Teaching ELL’s for Tomorrow – Today! Part 1

November 11, 2014 | By: Norma Levkowitz

Globally, English language learners are the fastest- growing student population in schools. An NEA policy brief entitled “English Language Learners Face Unique Challenges” states that by 2015, ELL enrollment in US schools will reach 10 million, and by 2015 nearly one out of every four public school students will be an English language learner. The British Council in its report, “The English Effect”, estimates that English is spoken at a useful level by some 1.75 billion people worldwide and that by 2020, two billion people will be using it-or learning to use it.

Ministries of education, educators, and educational publishers are moving rapidly to adopt technology –based solutions to serve the needs of this growing segment of learners, as well as to provide teachers with the appropriate instructional tools and practices to help students achieve English language proficiency.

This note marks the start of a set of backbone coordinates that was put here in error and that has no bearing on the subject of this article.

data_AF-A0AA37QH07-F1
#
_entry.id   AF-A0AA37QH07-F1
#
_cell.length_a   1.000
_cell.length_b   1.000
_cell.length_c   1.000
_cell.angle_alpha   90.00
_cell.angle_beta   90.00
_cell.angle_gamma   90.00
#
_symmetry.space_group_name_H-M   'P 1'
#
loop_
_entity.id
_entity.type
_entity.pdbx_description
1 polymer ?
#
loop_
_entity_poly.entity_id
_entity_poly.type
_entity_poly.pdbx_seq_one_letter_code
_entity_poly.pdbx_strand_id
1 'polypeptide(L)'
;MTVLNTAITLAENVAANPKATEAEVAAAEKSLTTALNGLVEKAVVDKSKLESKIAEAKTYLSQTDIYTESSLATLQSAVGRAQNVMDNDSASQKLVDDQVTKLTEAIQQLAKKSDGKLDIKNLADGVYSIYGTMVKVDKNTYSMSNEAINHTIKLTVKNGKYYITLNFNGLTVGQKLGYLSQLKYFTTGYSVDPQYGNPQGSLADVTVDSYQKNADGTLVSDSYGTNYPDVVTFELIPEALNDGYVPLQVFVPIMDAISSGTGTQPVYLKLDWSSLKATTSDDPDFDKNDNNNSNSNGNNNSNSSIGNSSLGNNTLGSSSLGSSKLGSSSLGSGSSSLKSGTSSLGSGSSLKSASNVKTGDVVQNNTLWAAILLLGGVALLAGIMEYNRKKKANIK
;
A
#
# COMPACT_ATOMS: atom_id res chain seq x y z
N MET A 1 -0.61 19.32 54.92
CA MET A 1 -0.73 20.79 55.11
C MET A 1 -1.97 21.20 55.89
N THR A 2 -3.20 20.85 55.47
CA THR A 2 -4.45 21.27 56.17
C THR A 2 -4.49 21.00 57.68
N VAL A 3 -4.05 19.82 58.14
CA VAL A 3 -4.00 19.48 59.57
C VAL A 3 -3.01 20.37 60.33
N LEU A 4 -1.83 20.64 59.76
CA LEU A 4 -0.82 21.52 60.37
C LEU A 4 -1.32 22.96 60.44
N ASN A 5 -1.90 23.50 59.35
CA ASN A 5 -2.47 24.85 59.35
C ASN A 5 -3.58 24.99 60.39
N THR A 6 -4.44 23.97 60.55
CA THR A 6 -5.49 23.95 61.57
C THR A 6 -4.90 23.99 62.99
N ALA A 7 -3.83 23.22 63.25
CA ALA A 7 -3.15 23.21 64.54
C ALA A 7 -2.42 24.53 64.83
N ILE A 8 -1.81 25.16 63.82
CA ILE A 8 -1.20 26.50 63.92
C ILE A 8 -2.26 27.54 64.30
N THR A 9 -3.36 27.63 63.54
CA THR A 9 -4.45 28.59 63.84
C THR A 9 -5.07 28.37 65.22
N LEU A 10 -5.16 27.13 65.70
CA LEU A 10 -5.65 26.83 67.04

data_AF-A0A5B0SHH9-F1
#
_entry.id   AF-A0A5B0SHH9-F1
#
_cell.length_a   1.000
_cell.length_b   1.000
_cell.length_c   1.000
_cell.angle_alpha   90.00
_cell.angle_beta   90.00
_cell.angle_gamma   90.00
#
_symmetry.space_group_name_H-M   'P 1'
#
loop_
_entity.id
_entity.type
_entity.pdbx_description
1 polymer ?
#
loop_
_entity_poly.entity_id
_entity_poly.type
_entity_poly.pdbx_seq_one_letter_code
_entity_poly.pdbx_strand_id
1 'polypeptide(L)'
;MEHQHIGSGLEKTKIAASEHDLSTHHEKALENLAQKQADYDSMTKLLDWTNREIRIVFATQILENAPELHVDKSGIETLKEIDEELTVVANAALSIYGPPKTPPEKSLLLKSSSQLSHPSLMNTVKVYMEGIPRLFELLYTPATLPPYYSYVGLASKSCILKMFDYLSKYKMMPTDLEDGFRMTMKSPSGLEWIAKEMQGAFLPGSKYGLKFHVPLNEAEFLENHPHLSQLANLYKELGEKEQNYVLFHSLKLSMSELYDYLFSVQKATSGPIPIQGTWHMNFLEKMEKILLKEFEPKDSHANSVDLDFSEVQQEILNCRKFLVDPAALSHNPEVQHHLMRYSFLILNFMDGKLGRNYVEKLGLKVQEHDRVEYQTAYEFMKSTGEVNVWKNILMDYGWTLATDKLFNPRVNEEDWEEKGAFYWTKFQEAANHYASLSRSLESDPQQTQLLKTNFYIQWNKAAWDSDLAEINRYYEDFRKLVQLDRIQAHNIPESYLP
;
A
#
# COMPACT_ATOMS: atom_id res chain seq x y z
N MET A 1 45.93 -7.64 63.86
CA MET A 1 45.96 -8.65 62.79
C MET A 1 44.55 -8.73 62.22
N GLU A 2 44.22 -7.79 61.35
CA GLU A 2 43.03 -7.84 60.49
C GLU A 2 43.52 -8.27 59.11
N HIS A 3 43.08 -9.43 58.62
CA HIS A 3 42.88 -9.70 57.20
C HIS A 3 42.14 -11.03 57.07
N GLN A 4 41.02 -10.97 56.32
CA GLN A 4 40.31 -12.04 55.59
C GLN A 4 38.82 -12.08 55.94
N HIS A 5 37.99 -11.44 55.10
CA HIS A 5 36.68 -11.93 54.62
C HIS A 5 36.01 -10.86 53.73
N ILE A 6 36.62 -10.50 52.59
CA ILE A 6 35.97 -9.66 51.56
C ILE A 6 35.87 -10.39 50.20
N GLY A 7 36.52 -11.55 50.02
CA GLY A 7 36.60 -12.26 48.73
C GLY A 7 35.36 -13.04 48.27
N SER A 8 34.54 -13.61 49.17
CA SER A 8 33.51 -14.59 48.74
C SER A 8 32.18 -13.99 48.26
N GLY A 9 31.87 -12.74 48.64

So what is the best way to address the needs of English language learners and teachers?
Picture1In order for technological solutions to be effective in enhancing learning, they need to be grounded in sound pedagogy. John Dewey, a towering educator from the 1950’s said, “If we teach today as we taught yesterday we rob our children of tomorrow.” Dewey’s premise and theories about education although espoused half a century ago, still resonate for 21st century English language learners in digital learning environments today.
Dewey believed that students thrive in a child-centered environment where they are allowed to experience and interact with curriculum, be active learners, and have the opportunity to take part in their own learning. He also believed that the teacher has a central role as a facilitator and guide to support students in becoming independent learners.

Next week we will explore ways in which smart technology based on sound pedagogical principles can provide an effective solution for English language teachers and learners throughout the world.

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